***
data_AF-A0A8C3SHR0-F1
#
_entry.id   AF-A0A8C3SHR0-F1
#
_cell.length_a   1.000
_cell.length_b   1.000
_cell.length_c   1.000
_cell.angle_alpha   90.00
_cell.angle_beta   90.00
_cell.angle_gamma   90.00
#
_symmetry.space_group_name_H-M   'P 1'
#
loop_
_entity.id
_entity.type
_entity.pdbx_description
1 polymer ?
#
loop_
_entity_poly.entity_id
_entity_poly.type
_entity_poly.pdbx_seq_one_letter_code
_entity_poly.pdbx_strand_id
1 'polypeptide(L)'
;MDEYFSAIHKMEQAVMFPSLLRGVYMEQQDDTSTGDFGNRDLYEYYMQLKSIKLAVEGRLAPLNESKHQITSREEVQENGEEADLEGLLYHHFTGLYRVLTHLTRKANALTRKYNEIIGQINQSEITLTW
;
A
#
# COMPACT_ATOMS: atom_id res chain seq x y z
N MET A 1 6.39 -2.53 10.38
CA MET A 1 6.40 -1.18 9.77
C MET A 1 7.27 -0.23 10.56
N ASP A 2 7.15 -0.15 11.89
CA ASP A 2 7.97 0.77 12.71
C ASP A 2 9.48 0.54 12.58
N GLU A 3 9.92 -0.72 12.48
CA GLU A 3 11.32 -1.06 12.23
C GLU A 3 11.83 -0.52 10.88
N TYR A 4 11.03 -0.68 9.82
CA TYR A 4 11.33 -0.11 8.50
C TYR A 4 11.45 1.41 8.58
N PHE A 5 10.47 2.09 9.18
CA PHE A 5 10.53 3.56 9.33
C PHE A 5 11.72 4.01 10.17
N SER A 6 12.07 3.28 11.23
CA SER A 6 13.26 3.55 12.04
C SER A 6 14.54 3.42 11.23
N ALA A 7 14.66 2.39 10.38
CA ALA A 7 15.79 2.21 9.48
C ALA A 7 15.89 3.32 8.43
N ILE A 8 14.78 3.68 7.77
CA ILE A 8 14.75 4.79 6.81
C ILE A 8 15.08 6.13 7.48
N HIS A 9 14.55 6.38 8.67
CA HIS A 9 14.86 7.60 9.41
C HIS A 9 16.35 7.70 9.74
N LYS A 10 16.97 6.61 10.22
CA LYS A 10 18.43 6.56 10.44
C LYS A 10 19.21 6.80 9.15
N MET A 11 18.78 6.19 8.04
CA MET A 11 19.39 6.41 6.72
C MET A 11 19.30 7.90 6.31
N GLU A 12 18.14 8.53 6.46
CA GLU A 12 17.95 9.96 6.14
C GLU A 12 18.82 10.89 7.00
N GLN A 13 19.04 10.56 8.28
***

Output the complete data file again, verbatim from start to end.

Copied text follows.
data_AF-A0A8C3SHR0-F1
#
_entry.id   AF-A0A8C3SHR0-F1
#
_cell.length_a   1.000
_cell.length_b   1.000
_cell.length_c   1.000
_cell.angle_alpha   90.00
_cell.angle_beta   90.00
_cell.angle_gamma   90.00
#
_symmetry.space_group_name_H-M   'P 1'
#
loop_
_entity.id
_entity.type
_entity.pdbx_description
1 polymer ?
#
loop_
_entity_poly.entity_id
_entity_poly.type
_entity_poly.pdbx_seq_one_letter_code
_entity_poly.pdbx_strand_id
1 'polypeptide(L)'
;MDEYFSAIHKMEQAVMFPSLLRGVYMEQQDDTSTGDFGNRDLYEYYMQLKSIKLAVEGRLAPLNESKHQITSREEVQENGEEADLEGLLYHHFTGLYRVLTHLTRKANALTRKYNEIIGQINQSEITLTW
;
A
#
# COMPACT_ATOMS: atom_id res chain seq x y z
N MET A 1 6.39 -2.53 10.38
CA MET A 1 6.40 -1.18 9.77
C MET A 1 7.27 -0.23 10.56
N ASP A 2 7.15 -0.15 11.89
CA ASP A 2 7.97 0.77 12.71
C ASP A 2 9.48 0.54 12.58
N GLU A 3 9.92 -0.72 12.48
CA GLU A 3 11.32 -1.06 12.23
C GLU A 3 11.83 -0.52 10.88
N TYR A 4 11.03 -0.68 9.82
CA TYR A 4 11.33 -0.11 8.50
C TYR A 4 11.45 1.41 8.58
N PHE A 5 10.47 2.09 9.18
CA PHE A 5 10.53 3.56 9.33
C PHE A 5 11.72 4.01 10.17
N SER A 6 12.07 3.28 11.23
CA SER A 6 13.26 3.55 12.04
C SER A 6 14.54 3.42 11.23
N ALA A 7 14.66 2.39 10.38
CA ALA A 7 15.79 2.21 9.48
C ALA A 7 15.89 3.32 8.43
N ILE A 8 14.78 3.68 7.77
CA ILE A 8 14.75 4.79 6.81
C ILE A 8 15.08 6.13 7.48
N HIS A 9 14.55 6.38 8.67
CA HIS A 9 14.86 7.60 9.41
C HIS A 9 16.35 7.70 9.74
N LYS A 10 16.97 6.61 10.22
CA LYS A 10 18.43 6.56 10.44
C LYS A 10 19.21 6.80 9.15
N MET A 11 18.78 6.19 8.04
CA MET A 11 19.39 6.41 6.72
C MET A 11 19.30 7.90 6.31
N GLU A 12 18.14 8.53 6.46
CA GLU A 12 17.95 9.96 6.14
C GLU A 12 18.82 10.89 7.00
N GLN A 13 19.04 10.56 8.28